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How to Change a Bottom Entry Fill Valve

Matt Robinson | Updated on January 14, 2021
Toilet Cistern Fill Valves

Is your toilet cistern filling up really really slowly? Is your cistern constantly filling with water? Are you hearing strange noises coming from your cistern? If you can answer yes to any of these questions it might be down to a faulty fill valve.

If you have an old ball valve and arm type mechanism in your toilet cistern it’s worth noting that these are pretty out of date and don’t work as efficiently as the newer fill valves. Another great thing about modern fill valves is that you don’t need an external overflow pipe. This is because if the valve were to fail the excess water would be released directly into your the toilet pan.

At Palace Plumbers we recommend purchasing a fully adjustable fill valve with a brass shank on the bottom. These are are the best type of bottom-entry fill valve because the brass shank makes them stronger than their plastic counterparts, and being adjustable means that you can set your water level to the optimum level to save money on your water bill.

If you are confident enough to tackle the job yourself please read on. Our easy-to-follow guide on how to change a bottom entry fill valve covers all the necessary steps to successfully replace your old fill-valve with a new adjustable valve.

If you’d feel more confident in letting a professional plumber complete the job please don’t hesitate to get in touch.

Steps involved

  • 1. Turn off water supply to fill valve
  • 2. Flush loo and towel out remaining water in cistern
  • 3. Undo feed pipe with adjustable spanner
  • 4. Take out the old valve
  • 5. Put the new valve in
  • 6. Switch the water supply back on
  • 7. Test for leaks

Tools needed

  • 1. Screwdriver
  • 2. Adjustable spanner
  • 3. Grips

1. Turn off the water supply to the fill valve

Isolation Valves

Whenever you are working on your toilet it’s necessary to isolate the water supply to your cistern.

If the original installation has been carried out by a forward-thinking plumber you should have isolation valves on the inlet pipe that you can simply turn a quarter-turn with your screwdriver.

If you don’t have an isolation valve (shut-off valve) locally it may be necessary to turn off the water from your main stop-cock.

2. Flush the loo and towel out the remaining water in the cistern

Once the water to the cistern has been shut-off you’ll need to flush the toilet to empty the cistern. There will always be about 1″ of water left at the bottom which you’ll need to remove by soaking it up with a sponge or towel.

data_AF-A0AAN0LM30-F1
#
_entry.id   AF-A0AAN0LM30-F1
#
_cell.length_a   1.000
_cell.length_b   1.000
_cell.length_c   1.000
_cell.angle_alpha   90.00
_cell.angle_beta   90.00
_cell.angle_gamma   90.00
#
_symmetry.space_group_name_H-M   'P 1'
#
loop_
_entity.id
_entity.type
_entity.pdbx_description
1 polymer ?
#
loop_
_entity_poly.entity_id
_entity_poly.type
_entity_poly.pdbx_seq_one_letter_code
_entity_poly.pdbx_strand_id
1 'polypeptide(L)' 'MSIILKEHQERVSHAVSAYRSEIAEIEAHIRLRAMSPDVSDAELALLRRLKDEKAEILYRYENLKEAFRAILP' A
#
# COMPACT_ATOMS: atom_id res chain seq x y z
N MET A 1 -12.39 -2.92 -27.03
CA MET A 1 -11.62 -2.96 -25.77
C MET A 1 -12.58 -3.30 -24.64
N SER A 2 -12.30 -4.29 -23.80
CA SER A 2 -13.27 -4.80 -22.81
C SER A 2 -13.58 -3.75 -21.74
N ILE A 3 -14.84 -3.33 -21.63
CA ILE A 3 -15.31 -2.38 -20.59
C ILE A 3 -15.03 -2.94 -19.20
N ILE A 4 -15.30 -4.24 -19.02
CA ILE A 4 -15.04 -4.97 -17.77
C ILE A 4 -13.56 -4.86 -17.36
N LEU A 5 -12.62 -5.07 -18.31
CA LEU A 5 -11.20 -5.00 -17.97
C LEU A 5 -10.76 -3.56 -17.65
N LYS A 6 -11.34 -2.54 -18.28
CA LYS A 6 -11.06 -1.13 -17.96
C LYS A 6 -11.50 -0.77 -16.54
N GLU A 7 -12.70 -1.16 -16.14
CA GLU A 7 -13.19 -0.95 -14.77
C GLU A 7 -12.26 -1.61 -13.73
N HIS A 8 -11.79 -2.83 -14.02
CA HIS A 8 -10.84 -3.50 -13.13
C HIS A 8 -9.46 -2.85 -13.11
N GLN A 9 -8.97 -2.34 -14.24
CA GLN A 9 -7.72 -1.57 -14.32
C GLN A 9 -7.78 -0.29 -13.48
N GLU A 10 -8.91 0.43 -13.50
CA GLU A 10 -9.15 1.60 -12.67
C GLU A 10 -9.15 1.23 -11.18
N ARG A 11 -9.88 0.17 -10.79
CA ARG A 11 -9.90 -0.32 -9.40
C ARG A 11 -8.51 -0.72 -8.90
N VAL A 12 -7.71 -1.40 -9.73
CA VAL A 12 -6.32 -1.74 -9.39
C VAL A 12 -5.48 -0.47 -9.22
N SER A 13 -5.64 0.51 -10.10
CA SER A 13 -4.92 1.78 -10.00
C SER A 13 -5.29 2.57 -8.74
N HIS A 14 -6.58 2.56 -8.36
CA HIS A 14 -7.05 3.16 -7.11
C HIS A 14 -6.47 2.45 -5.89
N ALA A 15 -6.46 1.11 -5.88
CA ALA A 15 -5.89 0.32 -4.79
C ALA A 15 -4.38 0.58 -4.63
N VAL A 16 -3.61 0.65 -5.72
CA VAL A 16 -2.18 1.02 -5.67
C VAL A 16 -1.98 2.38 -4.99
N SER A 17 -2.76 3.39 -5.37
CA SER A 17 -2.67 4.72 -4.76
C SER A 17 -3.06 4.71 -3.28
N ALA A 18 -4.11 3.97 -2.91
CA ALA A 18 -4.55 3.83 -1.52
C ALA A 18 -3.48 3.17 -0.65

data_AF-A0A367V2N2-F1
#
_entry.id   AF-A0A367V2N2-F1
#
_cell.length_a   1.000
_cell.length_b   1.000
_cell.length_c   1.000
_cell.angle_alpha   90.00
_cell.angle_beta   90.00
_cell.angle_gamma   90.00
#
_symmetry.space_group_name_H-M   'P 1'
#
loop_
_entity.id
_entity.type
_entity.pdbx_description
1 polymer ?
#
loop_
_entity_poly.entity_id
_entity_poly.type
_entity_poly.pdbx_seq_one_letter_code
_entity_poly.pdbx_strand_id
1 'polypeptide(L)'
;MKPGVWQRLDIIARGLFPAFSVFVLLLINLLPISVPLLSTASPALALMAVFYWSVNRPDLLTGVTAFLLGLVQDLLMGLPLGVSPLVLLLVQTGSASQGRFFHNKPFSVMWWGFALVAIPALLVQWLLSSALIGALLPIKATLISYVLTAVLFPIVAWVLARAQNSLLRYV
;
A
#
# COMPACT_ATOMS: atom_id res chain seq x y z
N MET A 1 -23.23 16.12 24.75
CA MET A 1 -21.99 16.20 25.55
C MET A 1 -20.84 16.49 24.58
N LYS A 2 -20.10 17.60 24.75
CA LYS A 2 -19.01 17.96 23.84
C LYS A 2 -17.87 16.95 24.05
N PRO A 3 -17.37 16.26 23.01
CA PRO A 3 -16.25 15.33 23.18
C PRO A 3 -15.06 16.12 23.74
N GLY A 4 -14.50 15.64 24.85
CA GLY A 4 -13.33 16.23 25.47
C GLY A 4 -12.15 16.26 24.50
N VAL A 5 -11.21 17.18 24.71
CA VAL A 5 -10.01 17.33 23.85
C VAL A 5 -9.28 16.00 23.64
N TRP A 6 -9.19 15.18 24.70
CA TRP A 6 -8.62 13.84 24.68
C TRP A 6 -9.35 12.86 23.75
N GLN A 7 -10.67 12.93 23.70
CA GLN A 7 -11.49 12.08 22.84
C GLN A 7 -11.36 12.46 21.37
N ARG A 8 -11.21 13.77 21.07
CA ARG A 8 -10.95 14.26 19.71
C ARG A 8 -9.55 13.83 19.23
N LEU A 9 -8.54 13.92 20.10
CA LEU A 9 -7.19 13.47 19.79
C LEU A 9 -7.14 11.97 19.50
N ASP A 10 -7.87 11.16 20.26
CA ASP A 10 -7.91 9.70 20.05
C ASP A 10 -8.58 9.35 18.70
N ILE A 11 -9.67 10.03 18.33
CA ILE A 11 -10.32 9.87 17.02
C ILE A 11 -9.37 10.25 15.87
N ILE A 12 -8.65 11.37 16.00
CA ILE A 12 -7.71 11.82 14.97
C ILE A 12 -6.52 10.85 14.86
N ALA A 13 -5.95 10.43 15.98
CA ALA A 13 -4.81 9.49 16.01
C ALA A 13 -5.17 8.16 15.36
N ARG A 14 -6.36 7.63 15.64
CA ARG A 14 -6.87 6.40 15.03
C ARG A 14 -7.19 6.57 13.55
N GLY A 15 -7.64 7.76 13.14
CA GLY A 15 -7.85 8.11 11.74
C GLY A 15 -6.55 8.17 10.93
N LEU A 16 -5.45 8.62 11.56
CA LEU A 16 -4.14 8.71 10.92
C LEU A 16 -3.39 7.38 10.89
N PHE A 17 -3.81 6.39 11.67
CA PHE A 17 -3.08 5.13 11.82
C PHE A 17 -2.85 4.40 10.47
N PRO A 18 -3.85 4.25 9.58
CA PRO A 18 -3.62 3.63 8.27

3. Undo the feed pipe with an adjustable spanner

With the cistern empty, it’s time to undo the feed pipe so that you can remove the cistern completely from the pan.

Maybe place a towel on the floor and even a bucket to catch any water. You may need to also grip the body of the valve (inside the cistern) if the nut is tight. A small amount of water will escape and should fall into the tub/bucket.

4. Remove the old valve

Undo plastic nut under the cistern that holds existing valve onto the cistern. Once this is wound off should be able to remove the entire valve

5. Install the new valve

See what adjustments need to be made and also what the water level will be etc. take it out and adjust to the height you?d like.

Always make sure that the seat that the rubber washer will sit on is nice and clean so that you get a great seal. Pop the new nut on the brass shank at the bottom. Tighten it up. Retighten the water supply. Switch water back on. Test for leaks. Also test for water level and see if further adjustments are needed.

Before you tighten it ensure that the body is pointing in the right direction and is unobstructed.

Reseal the water connection and make sure you have a nice watertight seal.

6. Switch the water back on

This is simply a case of opening the isolation valve that you shut off during the first step of the process.

7. Test for leaks

Always test for leaks before you put your tools away and head off for a well-deserved cup of tea. Using a dry paper towel or piece of toilet roll to wipe over the area will quickly detect any areas that are weeping or leaking.

This is also a good time to check the performance of your new fill valve by how quickly the cistern is filling up, and how fast the valve shuts off to once the cistern is full to it’s desired capacity.

Once you are confident that the cistern is leak-free simply pop the cistern lid back on and voila.

Talk to our team for help and advice or to book

Call 020 3880 5666

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